These next few sections will concentrate on ways to bind parallel plates together. Here, "plate" is used very broadly - resources commonly available to makers in "plate" form include wide barstock and premade square/rectangular tube and angle extrusions, besides actual cut plates. I suppose a better name for these sections might be "Joining Parallel Surfaces".
Continuing on our journey away from digital fab exclusive styles, we arrive upon one of my favorite (but admittedly, underused) methods which is already very popular with hobby robotics kit manufacturers, but seems to be still relatively unknown in the DIY domain, the plate-and-standoff.Standoff vs. Spacer
I'm going to guess that these two words are some of the most confused in all of engineering. They describe very outwardly similar components that are both Little Round Things. The lead image shows the difference between a standoff and a spacer: the former has blind (or through) threaded
holes for mating with a screw, and the latter has a thru-hole
for using with an external bolt and thread.Types of Standoffs
might show you, there are about a billion (scientific estimate) types of standoffs and spacers. However, they're basically expressed as 3 high level categories, depending on what has the thread on a stud or in a hole.
- Female standoffs have threaded holes on both ends, either fixed-depth, or all the way through for shorter ones generally 1/2" or less.
- Male-Female standoffs have a threaded hole on one end and a threaded stud on the other. This lets them stack together. These are classical "PCB standoffs" used to hold boards inside enclosures.
- Male-Male standoffs have 2 threaded studs and are intended to join 2 plates together with nuts on the other side. These are less commonly seen in non-electronics applications since the thread on the ends means only a narrow range of material thicknesses can be bound. The nut and remnant thread on the other side might also be undesirable.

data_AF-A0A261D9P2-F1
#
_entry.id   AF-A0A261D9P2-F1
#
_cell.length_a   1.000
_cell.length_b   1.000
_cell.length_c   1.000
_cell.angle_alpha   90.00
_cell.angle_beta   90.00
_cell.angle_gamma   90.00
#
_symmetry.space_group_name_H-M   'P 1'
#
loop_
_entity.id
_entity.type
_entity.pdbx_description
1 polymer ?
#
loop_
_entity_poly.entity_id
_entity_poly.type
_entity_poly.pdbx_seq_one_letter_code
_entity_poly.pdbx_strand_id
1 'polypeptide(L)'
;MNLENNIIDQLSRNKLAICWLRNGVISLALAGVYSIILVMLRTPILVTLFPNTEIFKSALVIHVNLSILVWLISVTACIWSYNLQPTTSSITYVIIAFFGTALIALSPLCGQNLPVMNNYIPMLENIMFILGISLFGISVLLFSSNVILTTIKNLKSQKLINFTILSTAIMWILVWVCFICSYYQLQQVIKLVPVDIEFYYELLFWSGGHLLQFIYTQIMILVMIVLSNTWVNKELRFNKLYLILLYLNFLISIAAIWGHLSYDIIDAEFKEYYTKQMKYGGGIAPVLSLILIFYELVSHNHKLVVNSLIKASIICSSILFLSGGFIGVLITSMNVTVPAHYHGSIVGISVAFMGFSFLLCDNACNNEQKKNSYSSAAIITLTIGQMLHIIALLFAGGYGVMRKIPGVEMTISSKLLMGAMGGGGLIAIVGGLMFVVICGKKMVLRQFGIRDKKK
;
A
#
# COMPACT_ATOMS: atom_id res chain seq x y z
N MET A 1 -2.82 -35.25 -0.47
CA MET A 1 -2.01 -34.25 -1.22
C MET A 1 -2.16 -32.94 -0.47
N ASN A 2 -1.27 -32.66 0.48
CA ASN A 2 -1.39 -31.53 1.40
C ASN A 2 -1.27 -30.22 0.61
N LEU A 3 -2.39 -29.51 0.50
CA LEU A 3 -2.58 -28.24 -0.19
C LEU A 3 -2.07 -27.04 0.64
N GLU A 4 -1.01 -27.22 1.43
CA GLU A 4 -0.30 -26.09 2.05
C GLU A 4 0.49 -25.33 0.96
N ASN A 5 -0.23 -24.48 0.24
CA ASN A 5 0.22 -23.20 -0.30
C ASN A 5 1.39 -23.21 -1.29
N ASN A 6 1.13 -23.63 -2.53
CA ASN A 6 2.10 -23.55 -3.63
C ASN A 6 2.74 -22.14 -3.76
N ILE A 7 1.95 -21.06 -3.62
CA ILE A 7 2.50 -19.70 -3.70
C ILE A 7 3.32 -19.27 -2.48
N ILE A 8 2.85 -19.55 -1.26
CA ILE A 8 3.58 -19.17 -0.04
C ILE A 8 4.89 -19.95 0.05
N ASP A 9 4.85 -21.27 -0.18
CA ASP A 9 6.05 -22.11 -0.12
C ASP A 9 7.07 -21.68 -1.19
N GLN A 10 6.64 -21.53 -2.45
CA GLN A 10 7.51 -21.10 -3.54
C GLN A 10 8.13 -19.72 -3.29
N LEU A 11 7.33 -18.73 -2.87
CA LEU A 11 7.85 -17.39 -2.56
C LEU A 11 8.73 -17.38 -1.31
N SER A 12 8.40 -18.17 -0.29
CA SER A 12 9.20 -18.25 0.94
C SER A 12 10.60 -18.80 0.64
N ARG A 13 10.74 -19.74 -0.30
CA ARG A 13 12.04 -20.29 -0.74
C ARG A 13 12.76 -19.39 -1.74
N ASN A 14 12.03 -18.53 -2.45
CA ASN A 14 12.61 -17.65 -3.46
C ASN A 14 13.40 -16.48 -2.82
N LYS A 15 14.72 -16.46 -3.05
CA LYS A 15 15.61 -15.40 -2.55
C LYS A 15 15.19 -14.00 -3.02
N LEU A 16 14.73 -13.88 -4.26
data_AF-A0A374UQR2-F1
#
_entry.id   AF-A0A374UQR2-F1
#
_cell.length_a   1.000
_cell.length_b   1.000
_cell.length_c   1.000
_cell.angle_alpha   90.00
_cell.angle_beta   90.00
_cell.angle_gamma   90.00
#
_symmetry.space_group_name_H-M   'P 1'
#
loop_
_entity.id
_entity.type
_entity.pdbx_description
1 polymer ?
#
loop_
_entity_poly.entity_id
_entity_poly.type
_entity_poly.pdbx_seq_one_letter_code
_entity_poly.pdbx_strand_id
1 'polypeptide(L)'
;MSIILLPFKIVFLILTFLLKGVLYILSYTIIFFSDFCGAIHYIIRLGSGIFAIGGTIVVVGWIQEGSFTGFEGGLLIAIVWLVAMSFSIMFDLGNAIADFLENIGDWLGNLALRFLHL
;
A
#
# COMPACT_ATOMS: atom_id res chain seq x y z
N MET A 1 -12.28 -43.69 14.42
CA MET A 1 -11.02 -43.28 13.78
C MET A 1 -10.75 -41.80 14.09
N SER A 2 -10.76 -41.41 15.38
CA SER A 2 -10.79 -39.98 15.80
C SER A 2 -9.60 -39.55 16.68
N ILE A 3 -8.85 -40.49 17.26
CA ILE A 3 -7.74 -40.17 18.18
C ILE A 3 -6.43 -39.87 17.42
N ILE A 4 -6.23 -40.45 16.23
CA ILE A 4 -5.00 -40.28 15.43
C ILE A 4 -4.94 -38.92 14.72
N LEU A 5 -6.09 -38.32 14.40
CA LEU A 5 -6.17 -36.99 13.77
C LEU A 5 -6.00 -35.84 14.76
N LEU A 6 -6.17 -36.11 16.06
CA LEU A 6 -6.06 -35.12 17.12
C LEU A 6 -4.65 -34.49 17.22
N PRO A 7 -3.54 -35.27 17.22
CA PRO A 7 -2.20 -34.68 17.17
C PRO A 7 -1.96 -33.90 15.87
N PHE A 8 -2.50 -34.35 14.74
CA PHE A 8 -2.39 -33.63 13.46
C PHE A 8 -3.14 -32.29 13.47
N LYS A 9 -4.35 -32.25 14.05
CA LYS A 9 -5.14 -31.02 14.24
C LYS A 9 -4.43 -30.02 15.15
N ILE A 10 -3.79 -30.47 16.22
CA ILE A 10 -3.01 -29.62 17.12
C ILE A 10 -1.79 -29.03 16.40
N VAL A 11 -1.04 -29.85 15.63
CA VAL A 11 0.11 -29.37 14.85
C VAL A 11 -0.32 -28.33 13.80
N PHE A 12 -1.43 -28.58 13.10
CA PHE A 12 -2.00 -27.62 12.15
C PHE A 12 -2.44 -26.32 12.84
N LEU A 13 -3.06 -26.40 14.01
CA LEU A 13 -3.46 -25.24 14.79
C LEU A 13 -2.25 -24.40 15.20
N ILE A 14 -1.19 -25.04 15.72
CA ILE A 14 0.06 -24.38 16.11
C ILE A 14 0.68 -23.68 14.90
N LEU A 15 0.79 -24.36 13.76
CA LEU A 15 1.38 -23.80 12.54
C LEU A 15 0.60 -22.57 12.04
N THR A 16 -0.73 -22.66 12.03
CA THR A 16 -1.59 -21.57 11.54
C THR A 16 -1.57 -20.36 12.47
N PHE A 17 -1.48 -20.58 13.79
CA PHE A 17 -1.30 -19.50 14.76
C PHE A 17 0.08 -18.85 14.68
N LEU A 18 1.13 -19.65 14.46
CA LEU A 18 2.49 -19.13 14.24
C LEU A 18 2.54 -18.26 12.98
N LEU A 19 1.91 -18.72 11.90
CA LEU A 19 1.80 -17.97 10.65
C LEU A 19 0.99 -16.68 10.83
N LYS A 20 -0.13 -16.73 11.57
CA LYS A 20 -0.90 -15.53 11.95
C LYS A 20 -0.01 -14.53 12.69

Other types like swage-in (shove into a predrilled hole, similar to an insert nut) are available too, but they are also less frequently dealt with.Making or Buying Standoffs and Spacers
These days, little standoffs can be found at almost any hardware store or online robotics retailer, such as ServoCity
, which is probably one of the best resources for small fasteners and attachment bits in recent memory. Larger ones can be found on industrial supplier websites like McMaster, linked above.
Making your own standoffs is more difficult as it implies access to a lathe to create the concentric center threads, unless you really don't care about the concentricity, in which case be my guest with a drill press! However, keep reading anyway. You may have luck finding sizes of aluminum tube which can be threaded by modifying the original hole; however, as aluminum tube is generally manufacturered with thin walls, this could result in a weaker standoff.
However, making your own spacers is substantially easier because of the same reason. For example, common 1/16" wall, 1/4" OD tubing
can be used to clear #4-40 screws. My favorite is using 0.12" wall, 0.5" OD tubing
to make 1/4"-20 clearance standoffs (a resulting ID of 0.26 to 0.27", perfect for the job) for my larger robots and vehicles.Using Standoffsand Spacers
The primary function of these little round things is to contribute to a device's structure. If the standoff is essentially as rigid as the materials being fastened, then it functions in role similar to the flanges and webs expounded upon in Step 7. Basically, the more locations you force your materials to move together, the more they will transfer and share loading forces and the more rigid they will be.
In the coming chapters I'll also expound upon how you can use a standoff or spacer as an axle by putting bearings in the rotating member, like a wheel. Doing this is termed "dead" or "fixed" axle and gives the benefits of standoffs helping to stiffen the structure while carrying a load.
The example pictures ought to explain the idea of standoffs fairly well. Remember that in using standoffs
, you fasten a material to it using a screw that threads into
the standoff, whereas in a spacer
, it is assumed you have a bolt running through the material and the spacer and fastened with a nut on the other side. There are some slight but important implications about using bolts with spacers that warrants its own discussion. For instance, standoffs cannot be preloaded
, or pre-tightened such that forces under a certain magnitude have little effect on the structure. These will be addressed in the next section.